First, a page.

ConstructionQuality. Accessibility. Growth.
Vermont’s construction industry is itself building up—an interconnected community of small businesses, large companies, and craftspeople developing the state’s infrastructure and maintaining over $80 billion in built assets.
jobs in vermont (2020)
of Vermont’s GDP (2020)
total annual wages (2019)
In Vermont, housing, transportation, infrastructure, and business are growing.
From single family homes and multi-unit buildings to corporate headquarters and highway reconstruction, Vermont’s need for construction professionals is strong at all levels.
Construction claims 3.7% of the state’s GDP, with more than 3,000 construction-related businesses in Vermont—over 90% of which are small businesses. Construction workers’ pay in Vermont in 2016 averaged $46,900—8% more than all private sector employees in the state. Vermont’s construction industry is supported by both the public and private sectors: Private nonresidential spending on construction in Vermont totaled $511 million in 2016, and state and local spending totaled $229 million. The value of Vermont’s buildings is more than $80 billion and the construction industry is essential to maintaining that value.
The construction and engineering services sectors are growing rapidly in Vermont. According to the McClure Foundation, there will be almost 2,500 job openings in the construction sector and almost 600 engineering openings in the next 10 years. To help meet those workforce needs, Vermont’s career and technical centers give high school students a head start by offering multiple programs in the construction trades, and allowing them to complete their senior year of high school and first year of college simultaneously. College students and adults fit seamlessly into that pipeline too, with both Vermont Technical College and Norwich University offering construction management degree programs.
Vermont Tech’s program boasts a 100% placement rate for graduates. Students in Norwich’s Design+Build Collaborative construct full-scale projects to address Vermont community needs. Yestermorrow Design/Build School offers certifications and classes for adults like building science and net zero design.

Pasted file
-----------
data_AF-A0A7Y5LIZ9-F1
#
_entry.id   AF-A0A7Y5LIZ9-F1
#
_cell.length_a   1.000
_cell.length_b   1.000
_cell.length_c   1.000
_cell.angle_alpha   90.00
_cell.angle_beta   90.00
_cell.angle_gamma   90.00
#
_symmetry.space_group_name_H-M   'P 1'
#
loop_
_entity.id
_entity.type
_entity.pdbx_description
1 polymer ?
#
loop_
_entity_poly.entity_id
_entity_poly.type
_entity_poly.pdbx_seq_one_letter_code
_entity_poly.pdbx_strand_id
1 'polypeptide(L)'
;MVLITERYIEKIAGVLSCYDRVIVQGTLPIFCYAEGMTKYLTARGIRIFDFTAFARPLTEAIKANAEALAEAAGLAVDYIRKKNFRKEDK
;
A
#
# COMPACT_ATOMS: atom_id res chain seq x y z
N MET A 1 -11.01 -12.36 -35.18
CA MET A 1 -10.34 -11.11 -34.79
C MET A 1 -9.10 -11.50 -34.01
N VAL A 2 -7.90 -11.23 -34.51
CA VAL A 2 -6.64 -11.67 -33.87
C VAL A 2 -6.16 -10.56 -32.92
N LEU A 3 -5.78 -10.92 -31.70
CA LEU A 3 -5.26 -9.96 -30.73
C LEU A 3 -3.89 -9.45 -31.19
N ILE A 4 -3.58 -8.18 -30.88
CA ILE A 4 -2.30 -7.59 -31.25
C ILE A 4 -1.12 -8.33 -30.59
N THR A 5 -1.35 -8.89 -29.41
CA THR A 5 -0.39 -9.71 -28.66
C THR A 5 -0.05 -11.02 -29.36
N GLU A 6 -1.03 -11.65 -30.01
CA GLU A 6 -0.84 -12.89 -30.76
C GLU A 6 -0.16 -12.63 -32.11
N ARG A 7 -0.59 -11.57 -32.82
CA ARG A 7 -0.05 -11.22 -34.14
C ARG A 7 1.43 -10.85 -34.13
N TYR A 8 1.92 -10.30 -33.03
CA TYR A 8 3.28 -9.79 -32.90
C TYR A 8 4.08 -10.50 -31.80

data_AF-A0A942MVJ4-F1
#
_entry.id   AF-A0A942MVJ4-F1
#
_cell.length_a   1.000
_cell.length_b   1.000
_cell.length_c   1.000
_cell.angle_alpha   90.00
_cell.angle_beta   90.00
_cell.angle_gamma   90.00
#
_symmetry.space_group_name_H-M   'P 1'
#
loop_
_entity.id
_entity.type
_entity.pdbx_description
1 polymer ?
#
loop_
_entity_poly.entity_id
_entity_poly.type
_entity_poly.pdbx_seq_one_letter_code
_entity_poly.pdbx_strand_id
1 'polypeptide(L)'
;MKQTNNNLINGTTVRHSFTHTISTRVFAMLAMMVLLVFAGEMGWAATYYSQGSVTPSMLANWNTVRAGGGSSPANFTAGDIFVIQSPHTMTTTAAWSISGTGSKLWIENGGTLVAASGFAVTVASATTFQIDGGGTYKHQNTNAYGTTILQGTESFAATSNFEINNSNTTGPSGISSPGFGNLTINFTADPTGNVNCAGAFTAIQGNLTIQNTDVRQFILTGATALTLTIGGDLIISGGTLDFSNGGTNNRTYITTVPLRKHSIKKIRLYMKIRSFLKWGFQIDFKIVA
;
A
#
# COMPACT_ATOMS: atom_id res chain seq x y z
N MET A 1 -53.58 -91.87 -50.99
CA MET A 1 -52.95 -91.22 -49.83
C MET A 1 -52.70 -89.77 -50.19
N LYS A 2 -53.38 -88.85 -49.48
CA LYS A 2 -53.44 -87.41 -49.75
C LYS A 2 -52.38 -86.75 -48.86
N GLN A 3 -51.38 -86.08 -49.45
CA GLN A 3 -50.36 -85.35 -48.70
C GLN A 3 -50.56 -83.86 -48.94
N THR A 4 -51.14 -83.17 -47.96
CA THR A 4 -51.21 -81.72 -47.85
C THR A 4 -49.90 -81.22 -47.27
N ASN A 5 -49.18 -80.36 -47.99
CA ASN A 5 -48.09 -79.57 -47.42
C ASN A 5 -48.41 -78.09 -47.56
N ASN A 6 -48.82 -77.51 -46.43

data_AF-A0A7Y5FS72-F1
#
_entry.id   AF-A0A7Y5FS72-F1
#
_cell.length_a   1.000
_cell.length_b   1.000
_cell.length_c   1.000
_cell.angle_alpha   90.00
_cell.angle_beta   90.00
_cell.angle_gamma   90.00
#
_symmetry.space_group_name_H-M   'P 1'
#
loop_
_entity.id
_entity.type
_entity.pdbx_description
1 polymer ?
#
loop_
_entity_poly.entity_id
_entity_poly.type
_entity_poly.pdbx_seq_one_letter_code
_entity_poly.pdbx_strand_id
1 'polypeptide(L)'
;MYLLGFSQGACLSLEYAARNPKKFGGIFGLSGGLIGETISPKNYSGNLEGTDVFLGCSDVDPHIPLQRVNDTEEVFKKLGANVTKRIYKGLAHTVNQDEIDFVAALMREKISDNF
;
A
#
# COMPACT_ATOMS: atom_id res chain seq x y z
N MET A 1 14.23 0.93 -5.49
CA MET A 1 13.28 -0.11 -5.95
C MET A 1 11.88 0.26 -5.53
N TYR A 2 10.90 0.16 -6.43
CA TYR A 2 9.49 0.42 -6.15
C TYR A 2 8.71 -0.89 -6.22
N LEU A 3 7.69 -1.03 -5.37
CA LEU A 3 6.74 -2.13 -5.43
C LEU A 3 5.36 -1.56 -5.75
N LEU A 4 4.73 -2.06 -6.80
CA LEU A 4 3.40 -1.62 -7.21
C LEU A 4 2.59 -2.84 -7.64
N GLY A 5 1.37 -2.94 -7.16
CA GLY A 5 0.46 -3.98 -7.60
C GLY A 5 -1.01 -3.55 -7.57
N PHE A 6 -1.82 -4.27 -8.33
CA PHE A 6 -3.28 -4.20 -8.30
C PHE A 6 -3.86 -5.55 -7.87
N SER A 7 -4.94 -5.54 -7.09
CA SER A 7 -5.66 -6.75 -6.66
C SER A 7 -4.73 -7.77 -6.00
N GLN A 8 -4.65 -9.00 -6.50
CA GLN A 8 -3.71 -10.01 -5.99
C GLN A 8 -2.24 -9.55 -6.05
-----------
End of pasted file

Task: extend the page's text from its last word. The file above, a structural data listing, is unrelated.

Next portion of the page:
In Vermont, a huge opportunity exists for female contractors and construction business owners; just 3% of construction workers are female, and just 6% of construction businesses are women-owned. In 2018, a female-owned construction business was Vermont’s Women-Owned Business of the Year. Vermont Works for Women is a statewide nonprofit that provides programs for girls and women to explore trades and gain experience in preparation for work in the field, such as Rosie’s Girls, a summer camp filled with hands-on STEM- and trade-related projects for middle school students and Women Can Do, program for high school girls that offers training and exposure to trades and manufacturing careers. VWW’s Hire A Woman directory points contractors and consumers to women-owned businesses in Vermont’s construction sector.
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Construction in Vermont
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Real People, Real Careers.
The Vermont Talent Pipeline Management (VTPM) program is an employer-led, data-driven model for filling the most critical jobs in the Vermont workforce. The TPM model was founded by the U.S. Chamber of Commerce Foundation (USCCF) and is currently involved in a national rollout. Vermont has helped set the standard for the country as the first statewide implementation with pilots in 3 critical industries: Construction, Healthcare and Advanced Manufacturing.
The VTPM Construction Collaborative consists of over a dozen construction firms and resource partners working together to assess employment needs in the construction industry and develop career pathways to reach those goals. The collaborative has projected hundreds of available positions in the field coming online over the next two years.